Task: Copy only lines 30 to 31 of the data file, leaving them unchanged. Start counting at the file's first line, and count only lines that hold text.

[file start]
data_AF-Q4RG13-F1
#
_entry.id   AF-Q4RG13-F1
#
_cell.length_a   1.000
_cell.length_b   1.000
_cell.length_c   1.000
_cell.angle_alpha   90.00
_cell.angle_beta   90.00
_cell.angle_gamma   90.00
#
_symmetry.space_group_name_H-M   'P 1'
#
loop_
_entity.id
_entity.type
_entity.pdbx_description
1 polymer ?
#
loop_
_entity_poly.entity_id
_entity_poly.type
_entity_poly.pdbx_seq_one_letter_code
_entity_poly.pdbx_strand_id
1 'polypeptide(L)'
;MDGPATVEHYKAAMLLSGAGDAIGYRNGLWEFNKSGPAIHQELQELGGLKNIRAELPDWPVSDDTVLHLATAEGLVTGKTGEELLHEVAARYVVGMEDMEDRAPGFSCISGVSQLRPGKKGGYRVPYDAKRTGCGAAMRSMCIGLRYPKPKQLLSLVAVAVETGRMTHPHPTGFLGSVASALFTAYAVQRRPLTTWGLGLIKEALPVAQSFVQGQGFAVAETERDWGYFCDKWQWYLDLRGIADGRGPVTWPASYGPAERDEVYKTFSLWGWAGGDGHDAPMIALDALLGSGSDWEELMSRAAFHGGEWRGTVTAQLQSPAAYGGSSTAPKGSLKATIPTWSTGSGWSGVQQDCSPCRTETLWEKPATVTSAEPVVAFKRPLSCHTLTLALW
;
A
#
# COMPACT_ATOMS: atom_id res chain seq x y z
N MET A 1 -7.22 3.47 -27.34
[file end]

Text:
# COMPACT_ATOMS: atom_id res chain seq x y z
N MET A 1 -7.22 3.47 -27.34